I loved "paisano" the Spanish version of Italian "paesano," for countryman, or person from the same place. Italian is my favorite foreign language, but both the Spanish and Italian words seem to come from Old French.

Anonymous 2:14 PM  

Jasmine is used as a scent. It's an ingredient in perfumes. Just like juniper is used to scent gin.
Jasmine simply does not belong with this group.

mac 2:32 PM  

@twangster: great idea! Too bad Andrea Carla doesn't cook...

@phillysolver: you are a very creative host! I'm looking into this jasmine oil, but so far I've only found sources for the aromatherapy kind, and I'm not sure those are edible.

Anonymous 2:55 PM  

Am I alone in being a stranger to NOHO? The old standby Soho didn't work (wrestling with LOSG for "time-consuming" consumed a lot of my time).
IRISHMEN gave me STLEO at last -- I'd fumbled around with OTTOI way too long. Overall, I enjoyed this one and think the Secret Ingredients added a bit of spice to the concoction. Polly

Clark 3:00 PM  

@Norm -- I second you on DRAWEE, a very basic legal/financial word. Take that you sports bullies! ;)

joho 3:12 PM  

@twangster ... I agree with @mac .. if the ingredients had created a certain dish this would have been incredibly delicious.

I filled in all squares but the "Q." SQMI seems obvious to me now, TIMOTHYQMOUSE not so much.

I always appreciate Barry Silk puzzles, but this was not my favorite.

I'm wondering if I should move to NOHO.

Alex 3:41 PM  

"Manatee" doesn't cross "homely". It does, however, cross "mammal", which also crosses "homely", so, even better, I think.

"Drawee" got the best of me, too, given my lack of familiarity with North Pacific islands and the German spelling of Austrian cities. Reading the clue for "Wien", I was desperately trying to remember the German word for bakery.

Anne 4:00 PM  

Done in by a mouse, Timothy Q to be exact. And I didn't even notice the theme until I got here.
Happily, I guessed Haarlem correctly.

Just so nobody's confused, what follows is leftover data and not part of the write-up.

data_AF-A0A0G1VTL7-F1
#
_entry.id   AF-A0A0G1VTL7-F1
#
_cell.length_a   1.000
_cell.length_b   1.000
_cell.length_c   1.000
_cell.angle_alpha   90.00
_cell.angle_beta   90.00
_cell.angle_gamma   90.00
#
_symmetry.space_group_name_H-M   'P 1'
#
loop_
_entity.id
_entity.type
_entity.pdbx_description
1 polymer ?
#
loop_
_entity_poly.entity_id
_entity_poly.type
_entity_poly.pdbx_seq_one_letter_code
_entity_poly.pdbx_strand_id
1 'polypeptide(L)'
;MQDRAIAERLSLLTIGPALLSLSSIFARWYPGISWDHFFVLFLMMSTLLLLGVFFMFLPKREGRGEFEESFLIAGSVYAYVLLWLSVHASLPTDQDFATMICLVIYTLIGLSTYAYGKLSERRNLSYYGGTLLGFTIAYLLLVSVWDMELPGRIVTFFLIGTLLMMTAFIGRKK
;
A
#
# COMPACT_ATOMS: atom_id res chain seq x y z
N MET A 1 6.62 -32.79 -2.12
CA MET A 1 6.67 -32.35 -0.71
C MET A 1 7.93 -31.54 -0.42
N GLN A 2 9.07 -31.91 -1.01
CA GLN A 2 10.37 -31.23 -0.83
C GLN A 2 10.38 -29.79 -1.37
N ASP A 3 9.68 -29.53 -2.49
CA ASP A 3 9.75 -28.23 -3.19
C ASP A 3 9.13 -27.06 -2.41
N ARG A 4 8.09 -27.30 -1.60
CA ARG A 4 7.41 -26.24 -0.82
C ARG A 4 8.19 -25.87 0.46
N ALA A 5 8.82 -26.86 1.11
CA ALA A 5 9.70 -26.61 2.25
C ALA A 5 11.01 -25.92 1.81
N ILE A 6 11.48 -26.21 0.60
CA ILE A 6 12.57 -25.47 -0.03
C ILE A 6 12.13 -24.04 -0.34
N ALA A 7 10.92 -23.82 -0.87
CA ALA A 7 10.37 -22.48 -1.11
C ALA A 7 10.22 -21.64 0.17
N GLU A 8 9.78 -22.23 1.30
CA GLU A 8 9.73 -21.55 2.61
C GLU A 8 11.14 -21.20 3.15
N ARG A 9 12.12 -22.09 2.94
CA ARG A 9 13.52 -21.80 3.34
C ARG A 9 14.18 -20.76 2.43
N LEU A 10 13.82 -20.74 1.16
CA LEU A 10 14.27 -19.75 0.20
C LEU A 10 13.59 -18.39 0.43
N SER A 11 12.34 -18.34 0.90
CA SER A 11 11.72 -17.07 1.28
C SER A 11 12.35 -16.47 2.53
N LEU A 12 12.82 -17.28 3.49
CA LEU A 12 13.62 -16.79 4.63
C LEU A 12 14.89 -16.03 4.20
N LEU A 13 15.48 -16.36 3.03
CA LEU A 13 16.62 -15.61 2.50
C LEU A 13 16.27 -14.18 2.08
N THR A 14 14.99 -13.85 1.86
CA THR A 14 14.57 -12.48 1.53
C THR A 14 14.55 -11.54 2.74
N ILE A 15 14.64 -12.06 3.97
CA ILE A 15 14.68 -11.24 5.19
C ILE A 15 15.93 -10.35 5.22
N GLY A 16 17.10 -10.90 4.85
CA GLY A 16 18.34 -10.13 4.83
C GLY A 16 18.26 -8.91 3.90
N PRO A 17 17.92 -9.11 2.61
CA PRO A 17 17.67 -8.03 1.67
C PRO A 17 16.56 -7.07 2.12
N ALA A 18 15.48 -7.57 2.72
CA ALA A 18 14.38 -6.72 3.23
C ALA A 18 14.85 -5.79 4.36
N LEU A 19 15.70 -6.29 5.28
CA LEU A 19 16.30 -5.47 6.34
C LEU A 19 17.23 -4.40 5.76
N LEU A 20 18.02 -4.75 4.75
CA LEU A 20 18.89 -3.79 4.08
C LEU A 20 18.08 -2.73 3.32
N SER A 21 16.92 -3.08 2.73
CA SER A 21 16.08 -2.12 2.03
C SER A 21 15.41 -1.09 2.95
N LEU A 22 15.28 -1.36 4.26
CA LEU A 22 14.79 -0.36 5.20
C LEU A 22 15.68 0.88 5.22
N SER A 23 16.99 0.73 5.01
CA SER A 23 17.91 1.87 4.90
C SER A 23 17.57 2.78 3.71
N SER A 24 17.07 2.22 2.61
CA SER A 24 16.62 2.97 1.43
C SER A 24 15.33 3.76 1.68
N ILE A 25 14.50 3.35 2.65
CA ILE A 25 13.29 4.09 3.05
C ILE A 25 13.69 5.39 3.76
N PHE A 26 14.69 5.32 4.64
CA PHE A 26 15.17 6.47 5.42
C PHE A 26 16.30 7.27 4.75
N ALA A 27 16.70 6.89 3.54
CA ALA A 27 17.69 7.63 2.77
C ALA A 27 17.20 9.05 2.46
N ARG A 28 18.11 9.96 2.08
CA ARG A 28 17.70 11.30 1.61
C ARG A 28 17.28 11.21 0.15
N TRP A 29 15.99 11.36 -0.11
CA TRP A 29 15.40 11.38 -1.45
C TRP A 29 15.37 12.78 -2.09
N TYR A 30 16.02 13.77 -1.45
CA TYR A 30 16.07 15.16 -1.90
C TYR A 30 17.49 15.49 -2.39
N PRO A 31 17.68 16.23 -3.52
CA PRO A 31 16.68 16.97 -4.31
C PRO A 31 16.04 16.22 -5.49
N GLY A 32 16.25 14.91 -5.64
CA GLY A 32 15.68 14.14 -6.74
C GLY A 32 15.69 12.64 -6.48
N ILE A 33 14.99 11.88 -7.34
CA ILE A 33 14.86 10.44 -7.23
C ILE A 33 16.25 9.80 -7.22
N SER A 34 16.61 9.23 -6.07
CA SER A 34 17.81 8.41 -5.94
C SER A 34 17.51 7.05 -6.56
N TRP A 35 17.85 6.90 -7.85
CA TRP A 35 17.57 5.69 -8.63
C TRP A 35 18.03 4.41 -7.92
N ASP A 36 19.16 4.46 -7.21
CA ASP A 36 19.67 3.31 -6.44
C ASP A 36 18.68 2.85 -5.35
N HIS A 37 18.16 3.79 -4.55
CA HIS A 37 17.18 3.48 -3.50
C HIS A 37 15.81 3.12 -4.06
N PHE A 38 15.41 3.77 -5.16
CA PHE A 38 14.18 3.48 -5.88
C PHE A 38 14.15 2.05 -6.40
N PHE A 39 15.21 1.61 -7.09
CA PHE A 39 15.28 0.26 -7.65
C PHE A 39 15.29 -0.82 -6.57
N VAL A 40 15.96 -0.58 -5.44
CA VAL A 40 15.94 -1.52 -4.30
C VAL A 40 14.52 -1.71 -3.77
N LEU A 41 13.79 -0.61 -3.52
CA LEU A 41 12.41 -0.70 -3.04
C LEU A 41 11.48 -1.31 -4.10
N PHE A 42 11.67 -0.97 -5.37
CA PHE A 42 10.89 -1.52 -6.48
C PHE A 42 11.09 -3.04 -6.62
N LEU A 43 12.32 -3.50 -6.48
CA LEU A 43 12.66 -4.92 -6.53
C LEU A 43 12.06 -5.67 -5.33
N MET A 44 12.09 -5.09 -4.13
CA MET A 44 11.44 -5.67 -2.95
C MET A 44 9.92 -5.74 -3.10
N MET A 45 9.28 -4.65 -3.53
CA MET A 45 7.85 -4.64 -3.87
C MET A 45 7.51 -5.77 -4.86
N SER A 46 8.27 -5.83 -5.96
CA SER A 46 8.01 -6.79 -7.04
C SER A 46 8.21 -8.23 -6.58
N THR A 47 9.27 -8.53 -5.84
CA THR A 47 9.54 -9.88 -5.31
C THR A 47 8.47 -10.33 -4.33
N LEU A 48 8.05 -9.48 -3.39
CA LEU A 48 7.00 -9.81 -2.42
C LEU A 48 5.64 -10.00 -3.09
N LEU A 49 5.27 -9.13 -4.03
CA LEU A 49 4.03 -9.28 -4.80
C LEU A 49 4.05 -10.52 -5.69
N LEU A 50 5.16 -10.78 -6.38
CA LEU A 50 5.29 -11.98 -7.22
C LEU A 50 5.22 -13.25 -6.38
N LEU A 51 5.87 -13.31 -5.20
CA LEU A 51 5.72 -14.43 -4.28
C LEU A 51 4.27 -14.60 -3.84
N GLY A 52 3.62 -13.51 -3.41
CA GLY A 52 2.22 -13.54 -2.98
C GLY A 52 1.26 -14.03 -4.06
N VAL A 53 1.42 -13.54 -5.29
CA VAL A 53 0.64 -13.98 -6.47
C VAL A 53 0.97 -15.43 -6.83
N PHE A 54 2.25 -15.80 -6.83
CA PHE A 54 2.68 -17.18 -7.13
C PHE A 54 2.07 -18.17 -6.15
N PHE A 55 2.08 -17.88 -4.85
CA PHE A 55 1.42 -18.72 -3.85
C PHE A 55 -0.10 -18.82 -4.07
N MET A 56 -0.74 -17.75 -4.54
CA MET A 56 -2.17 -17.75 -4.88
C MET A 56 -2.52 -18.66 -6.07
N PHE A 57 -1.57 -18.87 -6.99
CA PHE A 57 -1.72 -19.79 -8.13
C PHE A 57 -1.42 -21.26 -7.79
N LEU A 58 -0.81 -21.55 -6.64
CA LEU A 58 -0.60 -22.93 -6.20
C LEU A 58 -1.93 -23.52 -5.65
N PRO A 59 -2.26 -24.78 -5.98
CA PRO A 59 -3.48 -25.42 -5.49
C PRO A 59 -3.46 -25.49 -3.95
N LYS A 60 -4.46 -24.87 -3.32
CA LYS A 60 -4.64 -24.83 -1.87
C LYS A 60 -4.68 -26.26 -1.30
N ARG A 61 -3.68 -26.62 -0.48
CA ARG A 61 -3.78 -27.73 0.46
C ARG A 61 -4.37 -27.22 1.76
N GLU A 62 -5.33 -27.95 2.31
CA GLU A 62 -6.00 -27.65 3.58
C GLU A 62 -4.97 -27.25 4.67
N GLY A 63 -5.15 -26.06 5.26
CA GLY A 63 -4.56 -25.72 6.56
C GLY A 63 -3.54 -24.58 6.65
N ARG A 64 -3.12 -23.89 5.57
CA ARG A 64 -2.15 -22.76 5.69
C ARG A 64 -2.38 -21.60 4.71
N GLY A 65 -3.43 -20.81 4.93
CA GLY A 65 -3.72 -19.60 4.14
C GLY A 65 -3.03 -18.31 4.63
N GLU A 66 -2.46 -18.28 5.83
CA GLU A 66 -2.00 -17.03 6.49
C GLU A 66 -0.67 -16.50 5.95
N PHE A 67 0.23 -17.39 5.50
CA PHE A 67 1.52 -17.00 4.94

I visit Pointe Pelee in Canada every year in May for the bird migration. People from all over the world visit and if you're a birder, it's a must visit. There's lots of info on their site.

bluebell 4:02 PM  

I'm having trouble with Princeton Seminary as an Ecumenical Institution, since it was founded by the Presbyterians in August 1812 and remains a Presbyterian Theological Seminary to this day. There probably are ecumenical programs there, but at its heart it is denominational.

Lurker0 4:54 PM  

Re Anonymous @ 2:55 PM:

Re STLEO (Fifth-century pope):

Isn't there a convention in these puzzles that abbreviations be indicated in some way by the clue? Perhaps it is secretly abrogated for saints, because I recall a similar violation in recent weeks.

OTTOI, OTOH, isn't an abbreviation. It's just ugly.

Larry the Lurker
(cf. Joe the Plumber :-)

Martin 5:21 PM  

Odd controversy: frankfurters are named for Frankfurt, hamburgers are named for Hamburg but weiners? Heh, heh -- he said "weiner."

Martin 5:25 PM  

Would have been better had I spelled "wiener" correctly. Sigh.

Karen 5:43 PM  

Polly, I had problems with NOHO too, and never caught it. I liked the HAARLEM answer. It's interesting seeing PANAM turn up again. I've got relatives in WIEN so that wasnt' hard for me, although I've never heard of DRAWEE before either.

foodie 5:47 PM